Little children are a big deal for schools today. Mounting evidence about the benefits of early childhood education has motivated thousands of school districts to offer pre-K. Research on the foundations of literacy has spurred greater identification of reading disorders in kindergarten. And knowledge about how students develop over time is driving efforts to align early childhood and the elementary grades.
As public investment in the early years increases, we are seeing a growing interest among Learning Forward’s audience in how to support and build on early childhood education. Over the past year, some of our most-attended webinars have focused on teaching and learning from pre-K to 3rd grade. And an increasing number of our members work with young learners or their teachers.
We recognize the immense value of high-quality early learning. That’s why we’re so excited about this issue of The Learning Professional. It highlights some of the leading voices in early childhood education today on topics like developmentally appropriate instruction, building literacy, integrating social, emotional, and academic skills, and dismantling inequitable systems of discipline. It also homes in on strategies for building capacity, looking at the rich history of early childhood coaching, how community coalitions can bolster teachers’ skills, and the benefits of aligning early childhood and elementary education.
This issue shows why it is important for everyone in education to understand the early foundations of learning and child development, even if you work at the secondary or higher education level. Connecting the dots from early childhood through high school is vital, and it takes all levels working together. As Iheoma Iruka explains (p.40), “Early childhood educators need to know what happens once their kids move on to K-12. And K-12 educators should really understand what’s happening in the early childhood space.”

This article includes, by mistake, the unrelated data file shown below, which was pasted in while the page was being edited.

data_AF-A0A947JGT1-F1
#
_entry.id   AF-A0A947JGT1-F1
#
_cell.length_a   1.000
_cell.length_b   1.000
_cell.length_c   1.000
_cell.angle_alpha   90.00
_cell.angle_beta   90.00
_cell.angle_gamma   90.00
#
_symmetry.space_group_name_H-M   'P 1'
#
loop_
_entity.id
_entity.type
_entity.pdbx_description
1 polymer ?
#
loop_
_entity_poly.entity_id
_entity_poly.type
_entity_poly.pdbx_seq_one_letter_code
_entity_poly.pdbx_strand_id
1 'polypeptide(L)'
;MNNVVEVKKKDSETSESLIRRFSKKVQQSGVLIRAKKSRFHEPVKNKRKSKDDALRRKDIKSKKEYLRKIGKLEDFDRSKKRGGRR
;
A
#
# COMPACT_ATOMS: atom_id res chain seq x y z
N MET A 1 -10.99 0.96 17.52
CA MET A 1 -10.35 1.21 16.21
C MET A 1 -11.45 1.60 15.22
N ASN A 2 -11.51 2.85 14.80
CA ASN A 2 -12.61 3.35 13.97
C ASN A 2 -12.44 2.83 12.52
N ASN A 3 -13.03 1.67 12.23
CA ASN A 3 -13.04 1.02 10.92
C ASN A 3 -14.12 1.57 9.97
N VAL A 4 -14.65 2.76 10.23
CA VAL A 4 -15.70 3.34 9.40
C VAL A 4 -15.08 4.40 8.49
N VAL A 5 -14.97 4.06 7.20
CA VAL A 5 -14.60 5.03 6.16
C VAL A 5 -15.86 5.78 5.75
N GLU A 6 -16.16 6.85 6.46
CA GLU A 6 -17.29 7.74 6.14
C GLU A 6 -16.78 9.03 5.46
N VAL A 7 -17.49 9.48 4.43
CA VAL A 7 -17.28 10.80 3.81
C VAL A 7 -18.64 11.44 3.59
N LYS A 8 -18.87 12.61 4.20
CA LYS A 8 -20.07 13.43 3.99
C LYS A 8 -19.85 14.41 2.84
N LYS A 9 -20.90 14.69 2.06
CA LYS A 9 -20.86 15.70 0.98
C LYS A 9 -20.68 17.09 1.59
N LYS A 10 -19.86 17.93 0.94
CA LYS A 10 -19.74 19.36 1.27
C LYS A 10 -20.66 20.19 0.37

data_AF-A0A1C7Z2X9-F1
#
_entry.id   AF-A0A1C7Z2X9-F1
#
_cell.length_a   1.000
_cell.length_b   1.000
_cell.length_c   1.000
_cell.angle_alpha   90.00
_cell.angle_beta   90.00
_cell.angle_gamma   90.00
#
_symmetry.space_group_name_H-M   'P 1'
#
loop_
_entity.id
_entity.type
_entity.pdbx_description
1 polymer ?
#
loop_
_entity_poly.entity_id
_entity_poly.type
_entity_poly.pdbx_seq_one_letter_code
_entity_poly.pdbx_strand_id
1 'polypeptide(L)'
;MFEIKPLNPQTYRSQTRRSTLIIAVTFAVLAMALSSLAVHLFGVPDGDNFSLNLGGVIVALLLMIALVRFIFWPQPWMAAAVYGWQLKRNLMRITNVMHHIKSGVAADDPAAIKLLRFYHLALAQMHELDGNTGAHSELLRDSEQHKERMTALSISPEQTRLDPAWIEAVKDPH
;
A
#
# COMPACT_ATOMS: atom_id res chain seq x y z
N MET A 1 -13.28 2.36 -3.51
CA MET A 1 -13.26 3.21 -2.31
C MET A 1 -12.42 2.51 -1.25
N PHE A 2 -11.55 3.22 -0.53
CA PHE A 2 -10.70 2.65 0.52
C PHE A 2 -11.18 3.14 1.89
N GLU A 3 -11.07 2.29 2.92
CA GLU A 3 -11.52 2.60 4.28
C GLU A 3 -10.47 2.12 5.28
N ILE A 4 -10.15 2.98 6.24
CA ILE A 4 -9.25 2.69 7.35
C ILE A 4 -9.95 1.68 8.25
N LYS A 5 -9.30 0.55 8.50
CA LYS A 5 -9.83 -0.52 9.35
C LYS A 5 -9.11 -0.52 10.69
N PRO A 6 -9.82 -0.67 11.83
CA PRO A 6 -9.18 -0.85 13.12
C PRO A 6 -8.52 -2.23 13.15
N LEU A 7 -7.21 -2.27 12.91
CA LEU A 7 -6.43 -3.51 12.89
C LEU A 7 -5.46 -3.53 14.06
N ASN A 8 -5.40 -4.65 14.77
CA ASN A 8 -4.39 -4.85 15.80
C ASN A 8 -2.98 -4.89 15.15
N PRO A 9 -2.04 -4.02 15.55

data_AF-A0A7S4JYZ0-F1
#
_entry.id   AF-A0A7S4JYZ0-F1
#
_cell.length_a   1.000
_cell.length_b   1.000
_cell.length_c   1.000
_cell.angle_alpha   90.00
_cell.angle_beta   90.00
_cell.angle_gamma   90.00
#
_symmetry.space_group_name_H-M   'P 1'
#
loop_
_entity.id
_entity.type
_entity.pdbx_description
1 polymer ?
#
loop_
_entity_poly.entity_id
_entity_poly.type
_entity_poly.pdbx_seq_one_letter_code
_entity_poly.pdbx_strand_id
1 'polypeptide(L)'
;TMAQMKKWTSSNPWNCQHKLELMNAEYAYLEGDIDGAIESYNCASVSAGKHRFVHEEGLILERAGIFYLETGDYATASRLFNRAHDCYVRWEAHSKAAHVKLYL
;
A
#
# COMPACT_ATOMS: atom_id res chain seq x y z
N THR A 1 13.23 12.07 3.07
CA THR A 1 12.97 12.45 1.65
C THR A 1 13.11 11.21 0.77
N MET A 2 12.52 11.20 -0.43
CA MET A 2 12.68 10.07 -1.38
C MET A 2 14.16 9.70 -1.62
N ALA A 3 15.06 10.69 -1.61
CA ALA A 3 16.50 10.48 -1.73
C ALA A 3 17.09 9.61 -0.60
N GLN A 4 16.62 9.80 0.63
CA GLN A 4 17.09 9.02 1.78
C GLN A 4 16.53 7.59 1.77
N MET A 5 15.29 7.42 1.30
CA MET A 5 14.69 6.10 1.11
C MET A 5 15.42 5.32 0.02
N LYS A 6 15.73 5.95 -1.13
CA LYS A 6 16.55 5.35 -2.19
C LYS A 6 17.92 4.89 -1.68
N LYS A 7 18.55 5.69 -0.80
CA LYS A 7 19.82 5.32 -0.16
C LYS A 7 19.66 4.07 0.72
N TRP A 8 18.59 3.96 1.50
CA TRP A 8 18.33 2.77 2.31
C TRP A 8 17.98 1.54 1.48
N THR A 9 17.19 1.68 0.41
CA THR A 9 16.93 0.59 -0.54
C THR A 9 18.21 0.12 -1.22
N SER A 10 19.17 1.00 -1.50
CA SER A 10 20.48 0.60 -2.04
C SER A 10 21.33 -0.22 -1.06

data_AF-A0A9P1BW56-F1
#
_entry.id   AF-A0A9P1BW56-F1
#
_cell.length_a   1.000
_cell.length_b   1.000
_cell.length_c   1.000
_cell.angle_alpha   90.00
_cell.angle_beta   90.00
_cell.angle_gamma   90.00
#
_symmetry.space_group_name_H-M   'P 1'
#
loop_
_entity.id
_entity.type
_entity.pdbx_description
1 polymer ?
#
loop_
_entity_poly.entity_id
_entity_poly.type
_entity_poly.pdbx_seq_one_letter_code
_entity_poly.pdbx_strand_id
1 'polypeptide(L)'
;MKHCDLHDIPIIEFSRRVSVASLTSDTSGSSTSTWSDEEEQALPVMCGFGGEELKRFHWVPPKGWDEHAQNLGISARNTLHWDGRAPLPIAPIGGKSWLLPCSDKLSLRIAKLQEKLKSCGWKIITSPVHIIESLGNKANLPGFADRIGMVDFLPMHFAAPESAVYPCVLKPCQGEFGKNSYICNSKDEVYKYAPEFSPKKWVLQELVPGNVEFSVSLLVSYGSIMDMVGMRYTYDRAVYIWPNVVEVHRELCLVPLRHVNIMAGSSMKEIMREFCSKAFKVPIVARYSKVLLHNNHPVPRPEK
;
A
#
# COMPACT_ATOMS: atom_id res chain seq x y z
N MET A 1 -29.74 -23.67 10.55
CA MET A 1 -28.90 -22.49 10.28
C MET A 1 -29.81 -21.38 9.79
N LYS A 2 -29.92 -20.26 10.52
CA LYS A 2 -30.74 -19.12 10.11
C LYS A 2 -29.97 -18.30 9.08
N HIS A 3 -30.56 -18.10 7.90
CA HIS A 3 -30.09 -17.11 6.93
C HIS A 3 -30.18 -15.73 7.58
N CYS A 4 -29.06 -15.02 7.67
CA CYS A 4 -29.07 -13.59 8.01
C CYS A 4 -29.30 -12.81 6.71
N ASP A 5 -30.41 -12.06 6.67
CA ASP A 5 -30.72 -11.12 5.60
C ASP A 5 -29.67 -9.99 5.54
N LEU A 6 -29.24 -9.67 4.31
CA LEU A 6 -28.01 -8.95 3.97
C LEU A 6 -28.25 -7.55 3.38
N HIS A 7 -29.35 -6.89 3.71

As the authors show us, early childhood educators are models for us all. They are masters of agility, engagement, and creativity, experts at weaving together instructional practices from across developmental domains and personalizing instruction to each student’s needs. They don’t develop these skills by accident, but through sustained, job-embedded, and standards-aligned professional learning. If it takes a village to raise a child, it takes a learning community to prepare the child’s educators. K-12 educators can learn from the rich history of early childhood coaching and the field’s necessary focus on job-embedded learning.
Even as we look to early childhood for inspiration, we must also support the field’s learning and growth. One of early childhood education’s persistent challenges is financial support and infrastructure. Early educators have historically been paid less, received fewer benefits, and had less access to professional learning than K-12 educators.
That’s a problem not only for early childhood teachers and young children, but for all educators, because their work depends on the foundations established in the years before children walked through their doors. As advocates and policymakers aim to fill the gaps in early childhood funding, K-12 leaders must be at the table and their voices must be loud and clear about the value of early childhood education.
Little children become big children who become adults. Their learning and development are continuous, not limited to the boundaries of grade levels and education structures. They need the adults in their lives to know where they’ve been and where they’re going. That takes us investing in our own learning to support their learning. In that spirit, we invite you to dive into this issue regardless of your place in education.
If it takes a village to raise a child, it takes a learning community to prepare the child’s educators.
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